QA is no longer measured just by the number of defects found. The real goal of agile QA is to improve the software – not just give it a pass or fail at the end. You want to provide valuable information for the next iteration. That means quality is the whole team’s responsibility.
The agile framework is simple enough to learn but can be difficult to master. Trial and error should be expected – and testing should be continuous. Use these 5 tips to get QA working the way it should in your next implementation.
With QA on the team, testing can start as soon as there’s something to test. Most importantly, bugs can be identified and dealt with as soon as possible. Continuous testing also keeps the project’s momentum going, with no big surprises at the end. Here’s a helpful rule of thumb: shoot for one tester for every three developers in a standard agile team of five to nine members.
QA testers can help determine if user stories and acceptance criteria are well defined and if they satisfy customer requirements. They can provide developers with high-level test cases for user stories before they begin writing code and can review unit tests, even performing exploratory tests on early builds. All this throughout the development process enables quick turnaround, which enables agile’s quick iterations.
Testing completed by the end of each sprint ensures that bugs that could affect other parts of the product are identified and taken care of throughout the development cycle. Development isn’t the finish line of a sprint; tested code is. Avoid the temptation of hitting deadlines by putting off testing. Instead, teams could declare a code freeze two days before the end of the sprint to give testers a chance to do manual and exploratory testing and still make the deadline.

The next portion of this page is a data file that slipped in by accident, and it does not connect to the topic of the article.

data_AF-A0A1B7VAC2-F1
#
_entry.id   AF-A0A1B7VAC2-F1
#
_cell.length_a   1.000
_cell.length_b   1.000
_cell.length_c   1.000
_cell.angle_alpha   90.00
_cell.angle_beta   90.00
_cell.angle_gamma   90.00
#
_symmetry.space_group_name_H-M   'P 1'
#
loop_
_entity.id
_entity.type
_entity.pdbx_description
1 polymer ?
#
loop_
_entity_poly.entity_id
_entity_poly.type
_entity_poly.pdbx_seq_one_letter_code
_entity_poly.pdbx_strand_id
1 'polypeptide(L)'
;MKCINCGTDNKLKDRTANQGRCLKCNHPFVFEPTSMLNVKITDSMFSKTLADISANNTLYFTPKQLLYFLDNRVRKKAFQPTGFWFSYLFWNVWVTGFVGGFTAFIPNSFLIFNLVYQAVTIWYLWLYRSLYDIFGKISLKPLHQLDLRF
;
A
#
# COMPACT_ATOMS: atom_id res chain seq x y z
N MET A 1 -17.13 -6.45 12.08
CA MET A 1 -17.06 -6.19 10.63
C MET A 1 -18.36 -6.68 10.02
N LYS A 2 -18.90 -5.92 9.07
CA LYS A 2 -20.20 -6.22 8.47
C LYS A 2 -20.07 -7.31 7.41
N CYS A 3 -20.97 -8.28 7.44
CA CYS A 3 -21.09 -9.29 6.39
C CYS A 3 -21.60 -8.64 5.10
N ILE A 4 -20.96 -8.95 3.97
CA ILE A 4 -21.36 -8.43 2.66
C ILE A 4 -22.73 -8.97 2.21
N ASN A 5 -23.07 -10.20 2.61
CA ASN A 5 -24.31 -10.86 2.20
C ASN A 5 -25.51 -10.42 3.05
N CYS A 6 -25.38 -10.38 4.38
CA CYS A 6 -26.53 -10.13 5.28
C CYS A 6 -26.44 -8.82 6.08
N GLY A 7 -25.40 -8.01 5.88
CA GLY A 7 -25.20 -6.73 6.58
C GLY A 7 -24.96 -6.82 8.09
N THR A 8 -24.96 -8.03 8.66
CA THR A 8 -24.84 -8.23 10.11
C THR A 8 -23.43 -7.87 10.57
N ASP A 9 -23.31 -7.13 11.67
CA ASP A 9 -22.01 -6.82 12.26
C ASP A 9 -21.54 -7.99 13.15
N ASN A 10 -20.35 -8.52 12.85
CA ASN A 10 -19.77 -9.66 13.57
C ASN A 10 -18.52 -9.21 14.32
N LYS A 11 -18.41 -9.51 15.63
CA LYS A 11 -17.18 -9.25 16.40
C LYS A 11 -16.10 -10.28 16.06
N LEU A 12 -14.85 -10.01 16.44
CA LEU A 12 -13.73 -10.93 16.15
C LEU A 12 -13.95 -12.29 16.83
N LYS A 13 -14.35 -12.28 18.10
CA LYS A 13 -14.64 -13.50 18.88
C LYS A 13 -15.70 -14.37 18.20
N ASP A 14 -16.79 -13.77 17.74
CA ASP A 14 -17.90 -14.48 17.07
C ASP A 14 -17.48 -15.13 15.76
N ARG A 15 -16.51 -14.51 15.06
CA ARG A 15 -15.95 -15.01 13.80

The time constraints of an agile project are a challenge, and automated testing is part of the answer. It speeds up the testing process overall and can pinpoint defects, which is great, because the best bug is the one you find and fix quickly. Each build should kick off continuous improvement testing as well to ensure the code is sound. Let the machines figure out when it’s time to move forward.
The whole team benefits from a retrospective meeting at the end of each iteration. In the same way, testers benefit from a test retrospective where they can discuss the process, exchange knowledge and experience and, most importantly, improve testing. Make sure the test retrospective sticks to testing issues and doesn’t spill over into team issues.
These tips are just the tip of the iceberg for making QA work in an agile environment. Commit to the process, and your own QA best practices will get honed with each sprint.
For more information, please download our ebook: Breaking Agile's QA Bottlenecks